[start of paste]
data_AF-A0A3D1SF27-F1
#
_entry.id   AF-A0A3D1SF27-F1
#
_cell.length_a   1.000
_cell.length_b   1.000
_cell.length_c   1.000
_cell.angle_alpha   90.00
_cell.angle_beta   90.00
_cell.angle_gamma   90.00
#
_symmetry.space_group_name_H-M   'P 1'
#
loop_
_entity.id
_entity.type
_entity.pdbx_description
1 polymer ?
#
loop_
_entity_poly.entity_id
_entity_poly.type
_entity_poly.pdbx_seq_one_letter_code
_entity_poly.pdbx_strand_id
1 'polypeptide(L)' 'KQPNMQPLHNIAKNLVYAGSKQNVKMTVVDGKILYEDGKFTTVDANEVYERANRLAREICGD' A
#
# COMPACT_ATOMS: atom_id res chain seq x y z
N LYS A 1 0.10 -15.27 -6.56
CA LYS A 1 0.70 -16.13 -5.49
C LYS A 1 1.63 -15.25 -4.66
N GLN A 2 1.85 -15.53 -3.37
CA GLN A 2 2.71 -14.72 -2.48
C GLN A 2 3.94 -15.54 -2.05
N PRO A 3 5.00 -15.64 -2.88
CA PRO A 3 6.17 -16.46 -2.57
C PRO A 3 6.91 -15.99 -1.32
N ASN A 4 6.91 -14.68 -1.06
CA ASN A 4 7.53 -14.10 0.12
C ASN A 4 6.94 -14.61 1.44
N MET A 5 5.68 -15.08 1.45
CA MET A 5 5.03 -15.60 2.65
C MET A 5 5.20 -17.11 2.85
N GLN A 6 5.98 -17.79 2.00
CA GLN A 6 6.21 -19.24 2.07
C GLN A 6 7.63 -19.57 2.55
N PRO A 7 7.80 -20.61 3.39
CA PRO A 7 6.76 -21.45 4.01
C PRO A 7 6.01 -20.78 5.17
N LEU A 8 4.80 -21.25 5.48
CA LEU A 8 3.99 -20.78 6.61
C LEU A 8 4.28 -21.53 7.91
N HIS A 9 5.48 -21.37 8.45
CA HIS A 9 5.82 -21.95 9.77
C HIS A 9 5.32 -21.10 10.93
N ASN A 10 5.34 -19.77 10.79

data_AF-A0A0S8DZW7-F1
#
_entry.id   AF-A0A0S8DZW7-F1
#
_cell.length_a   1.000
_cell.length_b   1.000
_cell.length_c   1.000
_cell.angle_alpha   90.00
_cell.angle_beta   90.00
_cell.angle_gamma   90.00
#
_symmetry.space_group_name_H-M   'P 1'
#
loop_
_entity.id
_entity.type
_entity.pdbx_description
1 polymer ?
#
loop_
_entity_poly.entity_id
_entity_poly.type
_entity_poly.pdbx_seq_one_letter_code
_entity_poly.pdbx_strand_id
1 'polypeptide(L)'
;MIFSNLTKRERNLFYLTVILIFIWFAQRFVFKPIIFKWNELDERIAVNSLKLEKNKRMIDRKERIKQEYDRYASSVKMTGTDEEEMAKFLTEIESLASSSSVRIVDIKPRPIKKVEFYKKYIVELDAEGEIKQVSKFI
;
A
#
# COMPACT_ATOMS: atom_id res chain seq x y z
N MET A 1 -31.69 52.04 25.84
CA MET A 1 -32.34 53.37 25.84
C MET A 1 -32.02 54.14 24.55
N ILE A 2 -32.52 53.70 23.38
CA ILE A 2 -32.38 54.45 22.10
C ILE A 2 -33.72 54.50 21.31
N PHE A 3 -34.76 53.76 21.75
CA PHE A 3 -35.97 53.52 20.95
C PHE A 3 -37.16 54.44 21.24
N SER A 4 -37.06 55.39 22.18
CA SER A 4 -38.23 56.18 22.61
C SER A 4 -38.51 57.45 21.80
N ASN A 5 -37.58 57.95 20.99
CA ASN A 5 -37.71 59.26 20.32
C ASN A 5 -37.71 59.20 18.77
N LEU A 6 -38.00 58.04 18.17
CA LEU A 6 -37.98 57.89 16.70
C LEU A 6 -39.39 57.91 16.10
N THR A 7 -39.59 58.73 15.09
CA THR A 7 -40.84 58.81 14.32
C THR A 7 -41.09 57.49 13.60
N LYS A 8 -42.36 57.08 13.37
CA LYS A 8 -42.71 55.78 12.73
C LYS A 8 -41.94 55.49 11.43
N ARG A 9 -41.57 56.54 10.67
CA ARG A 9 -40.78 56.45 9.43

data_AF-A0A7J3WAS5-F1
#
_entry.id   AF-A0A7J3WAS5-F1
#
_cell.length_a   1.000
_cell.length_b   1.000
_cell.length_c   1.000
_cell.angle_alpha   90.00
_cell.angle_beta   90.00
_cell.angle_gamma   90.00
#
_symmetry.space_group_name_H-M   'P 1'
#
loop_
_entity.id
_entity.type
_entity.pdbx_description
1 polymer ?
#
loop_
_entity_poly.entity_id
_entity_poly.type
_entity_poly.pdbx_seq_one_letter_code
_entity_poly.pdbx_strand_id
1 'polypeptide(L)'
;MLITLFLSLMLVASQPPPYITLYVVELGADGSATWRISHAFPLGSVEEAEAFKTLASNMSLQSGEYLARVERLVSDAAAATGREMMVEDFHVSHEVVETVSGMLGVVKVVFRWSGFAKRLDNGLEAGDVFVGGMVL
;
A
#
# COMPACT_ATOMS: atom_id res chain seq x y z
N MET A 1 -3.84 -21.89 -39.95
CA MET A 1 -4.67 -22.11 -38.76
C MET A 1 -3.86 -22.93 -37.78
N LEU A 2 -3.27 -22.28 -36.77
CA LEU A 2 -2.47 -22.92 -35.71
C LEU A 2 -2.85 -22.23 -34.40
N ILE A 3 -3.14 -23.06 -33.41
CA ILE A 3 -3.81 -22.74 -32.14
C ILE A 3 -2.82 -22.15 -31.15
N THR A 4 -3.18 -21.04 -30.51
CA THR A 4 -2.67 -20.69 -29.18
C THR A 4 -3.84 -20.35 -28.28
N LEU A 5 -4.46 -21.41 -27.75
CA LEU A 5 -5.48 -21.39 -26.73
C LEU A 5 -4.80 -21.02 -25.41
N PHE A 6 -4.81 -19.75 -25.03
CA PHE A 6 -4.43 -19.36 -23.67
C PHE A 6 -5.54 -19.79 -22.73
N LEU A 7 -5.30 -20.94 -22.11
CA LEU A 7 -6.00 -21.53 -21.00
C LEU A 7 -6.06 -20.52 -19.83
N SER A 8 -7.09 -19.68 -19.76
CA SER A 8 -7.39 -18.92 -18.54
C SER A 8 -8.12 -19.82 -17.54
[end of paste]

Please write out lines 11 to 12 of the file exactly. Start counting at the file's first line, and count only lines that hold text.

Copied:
#
_symmetry.space_group_name_H-M   'P 1'